Last year, Gates ended a policy he had implemented himself that let the military deploy Army units for 15 months at a time; now, most deploying units return in 12 months or less. He has also pushed for more "wounded warrior" programs to take care of veterans. Recently, he discovered that there were two standards for evacuating the injured from Iraq and Afghanistan – a one hour deadline in Iraq versus two hours in Afghanistan – and pushed commanders to accelerate evacuation in the latter.
And last month, he ended a longtime ban on media coverage of the return of the bodies of soldiers at Dover Air Force Base in Delaware, saying families should have the final say, not the Pentagon. He also offered to pay for families wanting to travel to Dover to receive their loved ones.
Gates visited Dover for the first time this month to witness the return of remains from Iraq or Afghanistan, boarding a parked plane alone to stand amid the flag-draped caskets. Asked about the visit at a news briefing Thursday, he said that it was "very difficult." Pressed further, he cut himself short to avoid being overcome with emotion.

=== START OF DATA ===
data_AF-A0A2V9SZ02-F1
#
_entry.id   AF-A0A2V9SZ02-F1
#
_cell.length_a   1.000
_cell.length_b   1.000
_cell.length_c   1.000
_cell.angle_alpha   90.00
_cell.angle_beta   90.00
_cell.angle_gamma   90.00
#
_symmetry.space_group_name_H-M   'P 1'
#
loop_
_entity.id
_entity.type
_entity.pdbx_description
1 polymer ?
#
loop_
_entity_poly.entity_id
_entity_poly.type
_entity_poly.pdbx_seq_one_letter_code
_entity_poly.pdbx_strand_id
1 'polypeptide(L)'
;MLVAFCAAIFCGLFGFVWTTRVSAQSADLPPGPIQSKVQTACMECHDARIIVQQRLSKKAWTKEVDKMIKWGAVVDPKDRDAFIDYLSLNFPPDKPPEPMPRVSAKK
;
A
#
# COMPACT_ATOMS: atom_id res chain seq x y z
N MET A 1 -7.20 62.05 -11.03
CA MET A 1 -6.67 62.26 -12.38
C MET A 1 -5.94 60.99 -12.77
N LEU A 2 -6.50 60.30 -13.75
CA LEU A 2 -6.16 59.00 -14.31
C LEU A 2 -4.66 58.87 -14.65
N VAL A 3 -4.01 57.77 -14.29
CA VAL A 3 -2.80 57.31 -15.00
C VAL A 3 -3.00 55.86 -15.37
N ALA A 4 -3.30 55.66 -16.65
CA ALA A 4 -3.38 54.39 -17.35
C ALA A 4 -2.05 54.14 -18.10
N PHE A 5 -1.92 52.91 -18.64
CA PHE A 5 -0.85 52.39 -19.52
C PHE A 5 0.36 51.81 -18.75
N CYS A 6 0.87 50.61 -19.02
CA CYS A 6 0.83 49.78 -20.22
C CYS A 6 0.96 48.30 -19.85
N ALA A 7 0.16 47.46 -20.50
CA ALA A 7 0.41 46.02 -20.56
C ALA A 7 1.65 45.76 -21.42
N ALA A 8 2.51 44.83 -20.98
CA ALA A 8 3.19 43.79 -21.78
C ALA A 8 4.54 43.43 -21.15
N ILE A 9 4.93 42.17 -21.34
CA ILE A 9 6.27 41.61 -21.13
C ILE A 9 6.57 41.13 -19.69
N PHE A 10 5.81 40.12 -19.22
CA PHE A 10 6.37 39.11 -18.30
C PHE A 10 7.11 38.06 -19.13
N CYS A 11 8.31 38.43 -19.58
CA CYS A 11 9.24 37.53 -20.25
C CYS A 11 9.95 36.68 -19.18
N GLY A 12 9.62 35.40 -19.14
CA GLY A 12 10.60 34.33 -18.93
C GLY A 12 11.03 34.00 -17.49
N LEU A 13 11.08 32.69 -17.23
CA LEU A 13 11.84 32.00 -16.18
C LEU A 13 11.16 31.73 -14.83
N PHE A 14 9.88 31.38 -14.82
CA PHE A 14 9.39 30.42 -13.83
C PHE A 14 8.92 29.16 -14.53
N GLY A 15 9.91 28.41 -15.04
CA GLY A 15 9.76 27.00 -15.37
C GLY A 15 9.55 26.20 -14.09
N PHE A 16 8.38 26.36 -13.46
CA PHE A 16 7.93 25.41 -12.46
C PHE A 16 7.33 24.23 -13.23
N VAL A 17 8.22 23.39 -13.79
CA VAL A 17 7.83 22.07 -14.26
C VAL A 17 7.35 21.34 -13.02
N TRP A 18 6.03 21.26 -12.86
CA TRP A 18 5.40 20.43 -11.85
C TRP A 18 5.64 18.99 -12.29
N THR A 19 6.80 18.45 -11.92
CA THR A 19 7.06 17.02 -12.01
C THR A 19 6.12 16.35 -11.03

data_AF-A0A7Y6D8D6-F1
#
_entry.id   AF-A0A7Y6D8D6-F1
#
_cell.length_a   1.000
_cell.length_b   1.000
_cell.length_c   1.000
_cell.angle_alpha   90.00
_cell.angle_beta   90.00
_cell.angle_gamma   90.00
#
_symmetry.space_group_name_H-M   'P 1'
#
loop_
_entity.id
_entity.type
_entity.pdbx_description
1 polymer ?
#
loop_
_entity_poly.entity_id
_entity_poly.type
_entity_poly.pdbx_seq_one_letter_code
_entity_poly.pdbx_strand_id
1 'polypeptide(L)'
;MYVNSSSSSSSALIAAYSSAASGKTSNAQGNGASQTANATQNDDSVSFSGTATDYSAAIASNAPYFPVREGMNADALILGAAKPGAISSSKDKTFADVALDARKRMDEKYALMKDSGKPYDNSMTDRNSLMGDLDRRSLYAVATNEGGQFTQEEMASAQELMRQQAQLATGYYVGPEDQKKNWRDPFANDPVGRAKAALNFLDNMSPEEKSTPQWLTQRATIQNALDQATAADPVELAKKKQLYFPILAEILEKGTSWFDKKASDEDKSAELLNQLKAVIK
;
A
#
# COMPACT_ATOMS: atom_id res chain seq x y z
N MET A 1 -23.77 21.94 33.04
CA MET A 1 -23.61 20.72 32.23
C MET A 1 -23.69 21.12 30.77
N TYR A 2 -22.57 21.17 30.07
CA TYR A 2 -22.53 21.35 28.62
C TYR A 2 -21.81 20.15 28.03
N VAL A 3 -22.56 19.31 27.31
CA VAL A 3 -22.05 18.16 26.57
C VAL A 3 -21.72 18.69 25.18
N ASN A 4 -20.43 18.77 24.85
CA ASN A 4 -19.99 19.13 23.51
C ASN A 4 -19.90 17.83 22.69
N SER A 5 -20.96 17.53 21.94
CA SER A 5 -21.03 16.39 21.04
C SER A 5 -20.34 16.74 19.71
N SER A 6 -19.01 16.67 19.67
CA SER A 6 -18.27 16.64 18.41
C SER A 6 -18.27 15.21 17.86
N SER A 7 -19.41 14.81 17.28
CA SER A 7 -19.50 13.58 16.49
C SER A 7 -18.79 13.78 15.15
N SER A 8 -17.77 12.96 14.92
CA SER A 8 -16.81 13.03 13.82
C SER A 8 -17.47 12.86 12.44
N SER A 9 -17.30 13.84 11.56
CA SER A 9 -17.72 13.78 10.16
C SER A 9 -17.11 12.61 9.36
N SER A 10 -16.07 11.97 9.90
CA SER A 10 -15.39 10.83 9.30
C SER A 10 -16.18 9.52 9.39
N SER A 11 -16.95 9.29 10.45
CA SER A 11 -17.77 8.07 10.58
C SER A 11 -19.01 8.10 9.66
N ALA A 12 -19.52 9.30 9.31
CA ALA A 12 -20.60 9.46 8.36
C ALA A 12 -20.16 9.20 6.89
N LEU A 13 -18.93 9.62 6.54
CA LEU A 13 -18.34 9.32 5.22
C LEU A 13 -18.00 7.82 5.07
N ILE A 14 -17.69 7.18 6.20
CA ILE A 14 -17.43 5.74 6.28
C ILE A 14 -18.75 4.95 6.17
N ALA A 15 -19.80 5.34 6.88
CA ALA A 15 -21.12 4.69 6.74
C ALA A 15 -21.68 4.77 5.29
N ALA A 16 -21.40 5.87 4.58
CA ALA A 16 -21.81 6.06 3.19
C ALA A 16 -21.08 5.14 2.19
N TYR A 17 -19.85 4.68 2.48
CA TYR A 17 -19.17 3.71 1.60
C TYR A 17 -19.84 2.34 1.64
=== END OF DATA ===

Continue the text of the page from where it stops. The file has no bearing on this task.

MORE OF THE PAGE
"We need to do things that support the troops and their families," says says Geoff Morrell, Gates's press secretary. "Whether it's giving them force protection, or the tools they need to succeed, the medical care they deserve, or the respect they've earned."
In some ways, the military is stronger despite waging the longest war in American modern history. Recruiting and reenlistment are generally high, military pay is up 37 percent since 2002, and the US now has one of the best trained and most combat-seasoned force it may have ever had.
The Army is training its force with skills relevant to what soldiers are confronting, not just with deployments but to help families cope, says Master Sgt. Terry Easter, an infantryman who deployed to Afghanistan in 2003 and then to Iraq in 2006 for a 15-month tour.